• If a regulator will not seal to a cylinder when tightened to a reasonable level, then:
    • Do NOT overtighten as this may cause damage
    • If the cylinder fitting uses a “bullnose” metal-metal seal, check the cylinder and regulator for scratches or damage to the sealing surfaces. If damage is found, the regulator and/or cylinder will need to be professionally repaired.
    • If the cylinder fitting uses a gasket, replace the gasket with a correct compatible new gasket.
    • Consult the Tubing and Fittings section for more information.
  • Never force connections that do not fit.
  • Always follow the equipment manufacturer’s operating guidelines.
  • Never tamper with the pressure relief device on a compressed gas cylinder or regulator.
  • Inspection and Maintenance
    • Conduct routine visual inspections of cylinders for signs of damage, corrosion, or leaks. Inspect valves, fittings, and pressure relief devices for integrity and proper functioning.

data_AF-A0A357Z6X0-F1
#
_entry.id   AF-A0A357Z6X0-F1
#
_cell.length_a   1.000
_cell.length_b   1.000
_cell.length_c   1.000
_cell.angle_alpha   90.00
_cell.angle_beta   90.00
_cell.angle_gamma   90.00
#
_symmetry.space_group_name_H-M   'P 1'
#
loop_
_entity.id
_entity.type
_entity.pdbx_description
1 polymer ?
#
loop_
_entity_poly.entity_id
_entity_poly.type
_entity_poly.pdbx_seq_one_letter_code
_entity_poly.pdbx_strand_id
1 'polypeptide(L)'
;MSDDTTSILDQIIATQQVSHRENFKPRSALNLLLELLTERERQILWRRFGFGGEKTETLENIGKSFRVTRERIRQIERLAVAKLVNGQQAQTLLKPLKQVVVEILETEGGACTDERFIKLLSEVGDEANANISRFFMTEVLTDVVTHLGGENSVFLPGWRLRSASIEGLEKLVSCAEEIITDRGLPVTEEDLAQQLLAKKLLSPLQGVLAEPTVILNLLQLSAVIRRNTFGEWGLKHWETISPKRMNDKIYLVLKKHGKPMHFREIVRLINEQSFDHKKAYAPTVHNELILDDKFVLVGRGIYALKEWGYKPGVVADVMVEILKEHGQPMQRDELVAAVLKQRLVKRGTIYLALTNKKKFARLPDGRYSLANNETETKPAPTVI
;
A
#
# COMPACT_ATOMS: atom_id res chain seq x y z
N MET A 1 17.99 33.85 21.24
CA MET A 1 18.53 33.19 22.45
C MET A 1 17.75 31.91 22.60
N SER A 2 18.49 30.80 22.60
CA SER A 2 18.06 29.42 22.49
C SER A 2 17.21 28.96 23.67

• Ensure regulators and other cylinder equipment are properly maintained according to the manufacturer’s recommendations.
  • Equipment Maintenance
    • Ensure that all equipment used for handling compressed gases, such as regulators, cylinders, and storage containers, are properly maintained and inspected on a regular basis.
    • Maintain equipment per manufacturer’s recommendations.
    • Log maintenance/service to equipment as well as routine use of hazardous equipment.
  • Monitoring and Reporting
    • Inspect compressed gas cylinders and affiliated equipment for signs of damage or leaks regularly.
    • Promptly address and report any safety concerns or incidents to the PI or appropriate personnel with delegated safety responsibilities (e.g., lab manager, lab safety officer).